Brussels sprouts in olive oil


For some fun, I’ve decided to take pics of some foods I eat and write a bit about them.

For example, these Brussels sprouts in olive oil.

I made a bunch of them for my family and me. They all declined, even my grandma. So I ended up eating them for dinner and for breakfast!

But seriously, they’re not only delicious (an acquired taste, I guess), but they’re also packed with fiber, carotenoids, vitamins, and minerals.

In addition, like other cruciferous vegetables they do contain some sulfur-rich chemicals that are potentially cancer-protective.

These chemicals are called glucosinolates. When they are chewed they end up as hydrolysis products like indole-3-carbinol.

The breakdown products appear to stimulate the body to eliminate carcinogens more easily and/or by inhibiting cells from becoming cancerous.

They might even induce genomic effects, increasing production of glutathione S-transferases, which metabolize isothiocynates and several other compounds including known carcinogens.

According to epidemiological evidence, eating cruciferous veggies can lower risk of lung, colorectal, prostate, and breadt cancer.

That’s why I try to eat cruciferous at least twice a week.

Why the Brussels sprouts? Why not enjoy other cruciferous like broccoli, cabbage, cauliflower, and bok choy?

Mainly, it’s because I love the sprouts, especially with olive oil as pictured here. The complexity of its flavor is what I go for really.

But also because they have roughly four times as much glucosinolates than other types of cruciferous veggies.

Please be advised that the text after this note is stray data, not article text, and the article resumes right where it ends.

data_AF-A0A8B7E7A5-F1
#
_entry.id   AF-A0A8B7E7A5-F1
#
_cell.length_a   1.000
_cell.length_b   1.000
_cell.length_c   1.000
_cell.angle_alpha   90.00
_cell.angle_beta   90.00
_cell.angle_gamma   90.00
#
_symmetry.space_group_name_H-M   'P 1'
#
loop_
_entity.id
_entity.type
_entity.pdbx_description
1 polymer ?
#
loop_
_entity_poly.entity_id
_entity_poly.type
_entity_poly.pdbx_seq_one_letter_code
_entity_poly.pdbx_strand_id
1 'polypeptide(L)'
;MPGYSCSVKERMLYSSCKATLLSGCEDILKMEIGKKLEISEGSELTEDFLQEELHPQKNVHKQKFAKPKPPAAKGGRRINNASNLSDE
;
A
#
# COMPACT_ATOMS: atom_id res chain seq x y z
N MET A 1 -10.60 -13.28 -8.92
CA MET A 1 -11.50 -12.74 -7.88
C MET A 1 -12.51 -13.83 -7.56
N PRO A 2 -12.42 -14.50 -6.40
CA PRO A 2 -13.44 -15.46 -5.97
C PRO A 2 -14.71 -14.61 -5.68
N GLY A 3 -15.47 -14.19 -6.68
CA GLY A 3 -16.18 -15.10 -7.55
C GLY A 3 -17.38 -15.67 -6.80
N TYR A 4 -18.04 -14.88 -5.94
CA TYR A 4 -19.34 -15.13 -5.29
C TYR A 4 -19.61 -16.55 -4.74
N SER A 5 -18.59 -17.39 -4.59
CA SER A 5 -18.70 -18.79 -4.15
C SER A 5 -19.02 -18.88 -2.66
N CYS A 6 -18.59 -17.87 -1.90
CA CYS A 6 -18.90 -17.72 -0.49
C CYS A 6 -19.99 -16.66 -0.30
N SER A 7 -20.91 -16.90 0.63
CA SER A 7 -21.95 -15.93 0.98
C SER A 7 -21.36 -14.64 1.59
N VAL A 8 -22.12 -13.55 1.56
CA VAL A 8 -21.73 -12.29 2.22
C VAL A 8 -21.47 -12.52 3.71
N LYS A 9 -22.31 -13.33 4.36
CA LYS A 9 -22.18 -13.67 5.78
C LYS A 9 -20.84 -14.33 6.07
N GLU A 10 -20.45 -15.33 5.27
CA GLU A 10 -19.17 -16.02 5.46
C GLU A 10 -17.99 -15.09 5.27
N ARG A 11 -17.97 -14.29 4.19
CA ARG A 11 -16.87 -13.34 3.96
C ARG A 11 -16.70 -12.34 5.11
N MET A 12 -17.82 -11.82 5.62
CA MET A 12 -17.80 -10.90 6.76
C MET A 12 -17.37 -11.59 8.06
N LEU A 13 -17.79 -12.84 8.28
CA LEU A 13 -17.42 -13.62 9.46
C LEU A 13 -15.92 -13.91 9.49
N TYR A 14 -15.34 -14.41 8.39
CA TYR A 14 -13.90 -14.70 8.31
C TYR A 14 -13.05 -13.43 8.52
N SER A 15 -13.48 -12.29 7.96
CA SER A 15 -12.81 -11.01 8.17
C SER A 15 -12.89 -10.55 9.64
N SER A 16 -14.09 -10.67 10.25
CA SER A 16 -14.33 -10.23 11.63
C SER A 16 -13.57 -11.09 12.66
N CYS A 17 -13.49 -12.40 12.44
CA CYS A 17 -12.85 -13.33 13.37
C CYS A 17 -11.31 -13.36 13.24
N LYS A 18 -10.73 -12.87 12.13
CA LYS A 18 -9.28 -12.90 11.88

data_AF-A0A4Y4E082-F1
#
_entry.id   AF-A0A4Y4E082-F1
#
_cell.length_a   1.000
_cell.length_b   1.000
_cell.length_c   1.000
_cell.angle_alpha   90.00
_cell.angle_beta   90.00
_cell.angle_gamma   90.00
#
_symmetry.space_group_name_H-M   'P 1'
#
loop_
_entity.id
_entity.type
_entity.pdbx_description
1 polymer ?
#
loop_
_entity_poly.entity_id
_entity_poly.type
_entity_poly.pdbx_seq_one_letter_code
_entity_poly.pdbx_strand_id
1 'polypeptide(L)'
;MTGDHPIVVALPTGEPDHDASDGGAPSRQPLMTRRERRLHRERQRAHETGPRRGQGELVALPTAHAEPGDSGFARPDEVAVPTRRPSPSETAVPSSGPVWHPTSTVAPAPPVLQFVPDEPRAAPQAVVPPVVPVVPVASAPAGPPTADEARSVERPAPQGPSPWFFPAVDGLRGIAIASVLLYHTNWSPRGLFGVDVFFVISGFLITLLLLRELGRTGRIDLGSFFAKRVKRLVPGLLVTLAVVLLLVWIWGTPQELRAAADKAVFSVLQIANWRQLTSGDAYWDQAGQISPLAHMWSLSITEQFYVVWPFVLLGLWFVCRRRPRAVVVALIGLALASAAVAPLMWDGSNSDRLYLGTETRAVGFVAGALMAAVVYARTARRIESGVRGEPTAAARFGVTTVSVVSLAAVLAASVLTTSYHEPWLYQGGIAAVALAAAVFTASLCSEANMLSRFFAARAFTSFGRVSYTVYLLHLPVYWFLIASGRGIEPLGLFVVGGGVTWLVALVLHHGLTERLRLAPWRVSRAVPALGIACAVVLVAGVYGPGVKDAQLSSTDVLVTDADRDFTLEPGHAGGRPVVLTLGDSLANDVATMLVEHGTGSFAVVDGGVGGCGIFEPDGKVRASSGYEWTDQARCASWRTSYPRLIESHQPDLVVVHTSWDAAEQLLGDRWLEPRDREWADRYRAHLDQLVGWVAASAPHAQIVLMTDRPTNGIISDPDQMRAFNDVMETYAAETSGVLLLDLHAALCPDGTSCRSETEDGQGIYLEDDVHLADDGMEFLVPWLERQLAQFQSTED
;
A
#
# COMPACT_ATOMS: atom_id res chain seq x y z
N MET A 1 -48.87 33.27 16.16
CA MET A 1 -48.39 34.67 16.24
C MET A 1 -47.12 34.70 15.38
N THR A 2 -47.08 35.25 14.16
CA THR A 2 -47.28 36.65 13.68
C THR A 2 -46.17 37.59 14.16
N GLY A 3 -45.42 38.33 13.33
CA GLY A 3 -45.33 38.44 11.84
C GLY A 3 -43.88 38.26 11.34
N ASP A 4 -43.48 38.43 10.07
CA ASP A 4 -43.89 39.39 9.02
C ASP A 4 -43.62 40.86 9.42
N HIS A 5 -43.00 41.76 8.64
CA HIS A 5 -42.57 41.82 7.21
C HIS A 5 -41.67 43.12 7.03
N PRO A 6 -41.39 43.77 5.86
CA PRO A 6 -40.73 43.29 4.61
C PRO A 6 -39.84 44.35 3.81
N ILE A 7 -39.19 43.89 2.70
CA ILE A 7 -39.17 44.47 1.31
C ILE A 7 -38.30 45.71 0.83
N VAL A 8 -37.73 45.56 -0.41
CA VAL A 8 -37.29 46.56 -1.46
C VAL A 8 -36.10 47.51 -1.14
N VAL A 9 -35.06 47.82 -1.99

That’s a heavy dose of cancer protection for each sprout!

– Posted using BlogPress from my iPhone

Published by David Despain, MS, CFS

David is a science and health writer living on Long Island, New York. He's written for a variety of publications including Scientific American, Outside Online, the American Society for Nutrition's (ASN) Nutrition Notes Daily, and Institute of Food Technologists' (IFT) Food Technology magazine and Live! blog. He's also covered new findings reported at scientific meetings including Experimental Biology, AAAS, AOCS, CASW, Sigma Xi, IFT, and others on his personal blog "Evolving Health." David is also an active member of organizations including the National Association of Science Writers (NASW), the American Association for the Advancement of Science (AAAS), the American Society for Nutrition, the Institute of Food Technologists, and the National Audubon Society. David has a master's degree in human nutrition from the University of Bridgeport, and a bachelor's degree in English from University of Illinois at Springfield. He also earned his Certified Food Scientist credential from the Institute of Food Technologists.

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